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‘Racial Animus’ Eyed As Potential Motive In Murder Of Christina Lee In NYC's Chinatown

The 35-year-old Asian American creative designer was stabbed more than 40 times, allegedly by 25-year-old Assamad Nash, in her Chinatown apartment on Feb. 13, according to newly-released court filings.

By Dorian Geiger
Christina Yuna Lee Eli Klein Gallery 1

Prosecutors have unveiled new details in a possible hate crime killing of a Korean creative producer who was stabbed dozens of times in her Lower Manhattan apartment over the weekend. 

Christina Yuna Lee, 35, suffered more than 40 stab wounds in the deadly knife attack Sunday morning, according to a newly-filed criminal complaint obtained by Oxygen.com.

Assamad Nash, 25, was arrested in Lee’s apartment after the killing and arraigned on Monday. He’s been charged with first-degree murder, burglary, and sexually motivated burglary. The Manhattan District Attorney’s Office is now investigating whether racial animus or belief also factored into the murder.

On Feb. 13, Lee’s mutilated body was found shortly before 6:00 a.m. in the bathroom of her Chinatown apartment at 111 Chrystie Street. She’d sustained several stab wounds to her neck and torso, and her lungs were punctured in the attack, according to preliminary autopsy results.

Nash was reportedly captured by surveillance cameras following Lee into her Chinatown building after she exited a taxi around 5:00 a.m., and then forcing himself into her apartment.

Neighbors called police after they heard screams coming from Lee’s 6th floor unit. 

The 25-year-old allegedly imitated a woman’s voice in order to deter officers from entering the apartment, prosecutors said. Officers ultimately found him hiding under a bed in Lee's apartment with wounds they believe he sustained during the attack; Lee’s partially nude body was found on the bathroom floor.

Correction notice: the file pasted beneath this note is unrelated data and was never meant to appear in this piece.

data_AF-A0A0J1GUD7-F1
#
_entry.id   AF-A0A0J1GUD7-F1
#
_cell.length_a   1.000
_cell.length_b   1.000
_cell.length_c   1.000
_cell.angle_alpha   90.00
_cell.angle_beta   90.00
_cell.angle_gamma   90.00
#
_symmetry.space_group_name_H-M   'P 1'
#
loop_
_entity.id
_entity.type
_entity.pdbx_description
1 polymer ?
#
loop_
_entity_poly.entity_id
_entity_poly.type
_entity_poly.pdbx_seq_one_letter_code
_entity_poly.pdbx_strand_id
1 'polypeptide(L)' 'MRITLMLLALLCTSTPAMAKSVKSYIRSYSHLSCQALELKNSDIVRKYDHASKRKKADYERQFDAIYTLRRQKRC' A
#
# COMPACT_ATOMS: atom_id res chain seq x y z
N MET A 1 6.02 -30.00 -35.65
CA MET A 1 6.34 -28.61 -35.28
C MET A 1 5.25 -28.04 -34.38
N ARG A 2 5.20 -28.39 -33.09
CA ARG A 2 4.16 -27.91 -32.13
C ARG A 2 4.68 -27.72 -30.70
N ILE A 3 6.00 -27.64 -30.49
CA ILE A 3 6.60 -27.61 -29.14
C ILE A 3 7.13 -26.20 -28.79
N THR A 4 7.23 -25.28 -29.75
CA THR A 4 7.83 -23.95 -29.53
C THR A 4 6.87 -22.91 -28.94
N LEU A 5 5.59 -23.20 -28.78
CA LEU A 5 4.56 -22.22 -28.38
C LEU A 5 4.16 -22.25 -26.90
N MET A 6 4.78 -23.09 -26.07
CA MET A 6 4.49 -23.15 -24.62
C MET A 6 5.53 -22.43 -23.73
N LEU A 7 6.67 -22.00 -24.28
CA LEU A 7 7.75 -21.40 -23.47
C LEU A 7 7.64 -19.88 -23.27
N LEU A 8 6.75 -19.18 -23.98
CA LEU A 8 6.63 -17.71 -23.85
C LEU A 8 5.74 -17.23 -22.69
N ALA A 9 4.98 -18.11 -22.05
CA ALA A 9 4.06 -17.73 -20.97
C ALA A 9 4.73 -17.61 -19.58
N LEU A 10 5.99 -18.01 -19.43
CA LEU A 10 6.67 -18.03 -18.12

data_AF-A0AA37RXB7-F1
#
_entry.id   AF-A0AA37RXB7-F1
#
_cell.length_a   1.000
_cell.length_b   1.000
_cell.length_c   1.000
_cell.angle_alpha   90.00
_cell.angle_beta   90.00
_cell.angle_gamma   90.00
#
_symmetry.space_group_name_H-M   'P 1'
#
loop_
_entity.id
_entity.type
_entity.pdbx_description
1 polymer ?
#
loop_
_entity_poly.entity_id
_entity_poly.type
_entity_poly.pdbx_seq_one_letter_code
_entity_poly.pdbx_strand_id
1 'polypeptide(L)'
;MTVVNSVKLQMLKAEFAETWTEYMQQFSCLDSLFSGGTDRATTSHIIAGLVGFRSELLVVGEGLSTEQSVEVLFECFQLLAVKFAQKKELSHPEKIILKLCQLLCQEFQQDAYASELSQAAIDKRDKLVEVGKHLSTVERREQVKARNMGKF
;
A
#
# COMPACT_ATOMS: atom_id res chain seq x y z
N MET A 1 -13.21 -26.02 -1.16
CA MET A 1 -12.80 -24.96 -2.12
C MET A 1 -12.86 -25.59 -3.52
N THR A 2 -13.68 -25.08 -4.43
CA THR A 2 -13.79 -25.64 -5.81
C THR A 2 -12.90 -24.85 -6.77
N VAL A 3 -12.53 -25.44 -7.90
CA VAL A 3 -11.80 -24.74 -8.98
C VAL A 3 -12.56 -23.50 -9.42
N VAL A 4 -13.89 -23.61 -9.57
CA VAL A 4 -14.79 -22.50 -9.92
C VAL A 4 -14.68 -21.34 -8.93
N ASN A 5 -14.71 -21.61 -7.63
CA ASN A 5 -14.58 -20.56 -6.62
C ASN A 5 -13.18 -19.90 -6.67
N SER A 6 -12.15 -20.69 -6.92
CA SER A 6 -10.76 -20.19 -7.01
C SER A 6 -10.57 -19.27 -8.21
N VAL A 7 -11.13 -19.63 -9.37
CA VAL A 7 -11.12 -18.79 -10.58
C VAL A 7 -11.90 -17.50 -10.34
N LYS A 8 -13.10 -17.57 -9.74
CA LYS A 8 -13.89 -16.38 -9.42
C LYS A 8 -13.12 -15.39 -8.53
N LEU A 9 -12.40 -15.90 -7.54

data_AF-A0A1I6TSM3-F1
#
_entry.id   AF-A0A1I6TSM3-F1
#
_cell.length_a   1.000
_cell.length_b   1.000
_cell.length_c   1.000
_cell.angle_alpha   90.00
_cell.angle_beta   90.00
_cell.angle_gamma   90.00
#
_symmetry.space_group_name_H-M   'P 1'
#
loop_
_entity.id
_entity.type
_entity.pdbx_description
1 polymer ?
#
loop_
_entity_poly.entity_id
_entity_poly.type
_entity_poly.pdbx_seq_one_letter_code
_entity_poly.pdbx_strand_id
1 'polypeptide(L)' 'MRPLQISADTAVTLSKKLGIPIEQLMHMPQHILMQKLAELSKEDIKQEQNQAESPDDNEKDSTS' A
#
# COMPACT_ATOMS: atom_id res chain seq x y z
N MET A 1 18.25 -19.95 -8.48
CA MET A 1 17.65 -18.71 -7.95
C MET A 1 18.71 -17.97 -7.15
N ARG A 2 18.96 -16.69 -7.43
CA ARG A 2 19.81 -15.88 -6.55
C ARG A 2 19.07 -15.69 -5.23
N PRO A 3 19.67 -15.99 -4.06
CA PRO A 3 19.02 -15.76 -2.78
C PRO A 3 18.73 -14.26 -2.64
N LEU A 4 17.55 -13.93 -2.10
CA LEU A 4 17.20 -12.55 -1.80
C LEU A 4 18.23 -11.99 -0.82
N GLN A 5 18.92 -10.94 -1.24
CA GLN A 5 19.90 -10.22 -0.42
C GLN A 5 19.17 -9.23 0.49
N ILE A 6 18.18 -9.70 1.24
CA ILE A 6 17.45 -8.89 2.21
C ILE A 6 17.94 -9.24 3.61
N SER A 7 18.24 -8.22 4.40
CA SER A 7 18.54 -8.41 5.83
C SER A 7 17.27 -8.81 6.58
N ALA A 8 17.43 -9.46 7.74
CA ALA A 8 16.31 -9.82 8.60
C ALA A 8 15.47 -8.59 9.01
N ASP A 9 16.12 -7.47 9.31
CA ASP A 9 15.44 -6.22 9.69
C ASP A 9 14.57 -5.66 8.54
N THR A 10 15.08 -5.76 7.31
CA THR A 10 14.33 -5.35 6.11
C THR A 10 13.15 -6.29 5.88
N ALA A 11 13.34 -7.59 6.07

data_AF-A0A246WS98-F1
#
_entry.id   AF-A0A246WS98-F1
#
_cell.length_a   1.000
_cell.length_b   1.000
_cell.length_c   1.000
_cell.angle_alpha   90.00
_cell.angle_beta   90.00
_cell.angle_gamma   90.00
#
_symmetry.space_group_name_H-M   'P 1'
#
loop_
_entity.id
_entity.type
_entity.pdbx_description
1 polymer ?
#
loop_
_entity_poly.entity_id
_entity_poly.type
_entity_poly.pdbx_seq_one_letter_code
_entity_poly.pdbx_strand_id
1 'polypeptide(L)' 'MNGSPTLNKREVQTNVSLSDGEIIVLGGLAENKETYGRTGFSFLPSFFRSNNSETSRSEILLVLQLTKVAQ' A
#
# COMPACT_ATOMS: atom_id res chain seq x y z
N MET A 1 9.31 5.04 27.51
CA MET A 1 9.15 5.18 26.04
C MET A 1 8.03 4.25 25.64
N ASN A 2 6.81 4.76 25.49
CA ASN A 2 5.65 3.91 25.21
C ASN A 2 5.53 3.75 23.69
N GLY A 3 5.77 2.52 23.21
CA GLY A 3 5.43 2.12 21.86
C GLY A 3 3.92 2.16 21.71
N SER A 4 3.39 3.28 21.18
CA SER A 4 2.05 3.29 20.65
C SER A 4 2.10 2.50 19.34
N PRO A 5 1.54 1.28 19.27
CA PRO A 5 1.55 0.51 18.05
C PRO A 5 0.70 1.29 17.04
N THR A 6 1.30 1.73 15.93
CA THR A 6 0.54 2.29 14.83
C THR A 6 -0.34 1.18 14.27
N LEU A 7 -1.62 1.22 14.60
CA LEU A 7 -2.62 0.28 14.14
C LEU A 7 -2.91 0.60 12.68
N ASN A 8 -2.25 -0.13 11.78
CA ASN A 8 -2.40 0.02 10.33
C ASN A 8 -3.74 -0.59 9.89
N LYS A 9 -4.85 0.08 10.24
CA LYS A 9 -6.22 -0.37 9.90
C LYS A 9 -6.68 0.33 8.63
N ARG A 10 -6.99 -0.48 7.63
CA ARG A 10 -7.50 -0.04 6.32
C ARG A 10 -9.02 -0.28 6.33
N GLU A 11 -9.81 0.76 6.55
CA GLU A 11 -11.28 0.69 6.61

Officials declined to comment whether Lee had also been sexually assaulted.

“It’s just unbelievable, it's unreal, it’s surreal, it’s unfathomable — it’s something that will never leave me or leave anyone who knew Christina,” art gallery owner and Lee’s former employer, Eli Klein, told Oxygen.com upon learning the extent of her injuries. “I just can’t believe it."

“Christina was an extraordinarily independent, savvy, street smart, intelligent person," he added. "If this could happen to Christina, this could happen to anyone.”

Klein, 43, owns the Eli Klein Gallery in Manhattan, which showcases a range of contemporary Chinese artwork, and hired Lee more than a decade ago, he said. Lee, whom he described as a protege and close personal friend, was first offered an entry-level position at his gallery in 2010 and, by the time she left in 2014, had risen to become the gallery’s associate director. 

“She was a terrific amazing asset, we both attributed growth in our careers to our relationship,” Klein stated. “We worked together every day for over four years and traveled all over together.” 

He described Lee as a “charming,” “wonderful”, “tremendously capable,” and driven young woman, who could accomplish “anything that she put her mind to.”